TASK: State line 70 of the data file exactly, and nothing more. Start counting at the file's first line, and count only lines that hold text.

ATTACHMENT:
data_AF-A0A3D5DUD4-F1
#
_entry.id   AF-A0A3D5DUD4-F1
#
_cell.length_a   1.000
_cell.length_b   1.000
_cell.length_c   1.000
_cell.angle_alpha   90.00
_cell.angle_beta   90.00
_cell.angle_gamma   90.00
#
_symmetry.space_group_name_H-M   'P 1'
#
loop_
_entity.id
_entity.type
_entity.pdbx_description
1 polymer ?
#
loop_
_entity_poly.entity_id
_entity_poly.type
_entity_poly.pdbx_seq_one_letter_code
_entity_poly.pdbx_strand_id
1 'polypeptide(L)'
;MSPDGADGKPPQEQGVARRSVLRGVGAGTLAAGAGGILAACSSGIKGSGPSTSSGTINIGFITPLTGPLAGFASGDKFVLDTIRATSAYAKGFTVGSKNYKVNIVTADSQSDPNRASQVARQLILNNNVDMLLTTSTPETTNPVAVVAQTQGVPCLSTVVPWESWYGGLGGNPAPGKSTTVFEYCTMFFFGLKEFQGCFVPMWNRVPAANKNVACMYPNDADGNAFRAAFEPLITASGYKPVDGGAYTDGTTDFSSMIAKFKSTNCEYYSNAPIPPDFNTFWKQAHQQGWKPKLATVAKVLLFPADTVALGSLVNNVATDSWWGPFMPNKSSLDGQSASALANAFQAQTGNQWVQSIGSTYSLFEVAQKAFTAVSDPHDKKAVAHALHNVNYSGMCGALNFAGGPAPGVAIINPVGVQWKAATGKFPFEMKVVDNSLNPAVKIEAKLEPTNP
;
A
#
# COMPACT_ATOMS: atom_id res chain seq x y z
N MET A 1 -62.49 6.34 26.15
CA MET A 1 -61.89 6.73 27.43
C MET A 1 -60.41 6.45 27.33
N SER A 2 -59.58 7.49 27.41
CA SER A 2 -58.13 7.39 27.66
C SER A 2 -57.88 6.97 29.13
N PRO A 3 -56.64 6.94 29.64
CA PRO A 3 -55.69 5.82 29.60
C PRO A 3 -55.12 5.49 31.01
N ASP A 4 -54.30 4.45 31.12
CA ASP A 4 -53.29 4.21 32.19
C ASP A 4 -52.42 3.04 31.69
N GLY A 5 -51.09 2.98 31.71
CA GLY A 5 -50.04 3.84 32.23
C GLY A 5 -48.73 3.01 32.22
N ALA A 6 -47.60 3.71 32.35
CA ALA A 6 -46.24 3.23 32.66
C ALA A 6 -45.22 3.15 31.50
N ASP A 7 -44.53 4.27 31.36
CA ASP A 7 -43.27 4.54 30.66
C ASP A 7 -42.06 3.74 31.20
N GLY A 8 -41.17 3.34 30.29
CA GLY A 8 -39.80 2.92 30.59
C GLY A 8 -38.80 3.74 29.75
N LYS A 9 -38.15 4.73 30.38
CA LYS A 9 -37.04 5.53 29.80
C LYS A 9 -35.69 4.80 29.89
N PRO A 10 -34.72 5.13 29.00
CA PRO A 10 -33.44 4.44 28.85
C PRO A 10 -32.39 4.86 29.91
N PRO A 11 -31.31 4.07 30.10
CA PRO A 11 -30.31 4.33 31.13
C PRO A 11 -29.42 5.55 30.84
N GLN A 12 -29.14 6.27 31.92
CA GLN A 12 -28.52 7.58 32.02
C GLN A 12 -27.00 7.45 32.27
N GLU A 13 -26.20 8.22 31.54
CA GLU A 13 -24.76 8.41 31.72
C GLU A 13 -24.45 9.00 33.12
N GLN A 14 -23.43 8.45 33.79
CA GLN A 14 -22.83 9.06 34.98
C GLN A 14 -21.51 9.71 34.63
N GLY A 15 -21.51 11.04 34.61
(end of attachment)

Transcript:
N GLN A 14 -23.43 8.45 33.79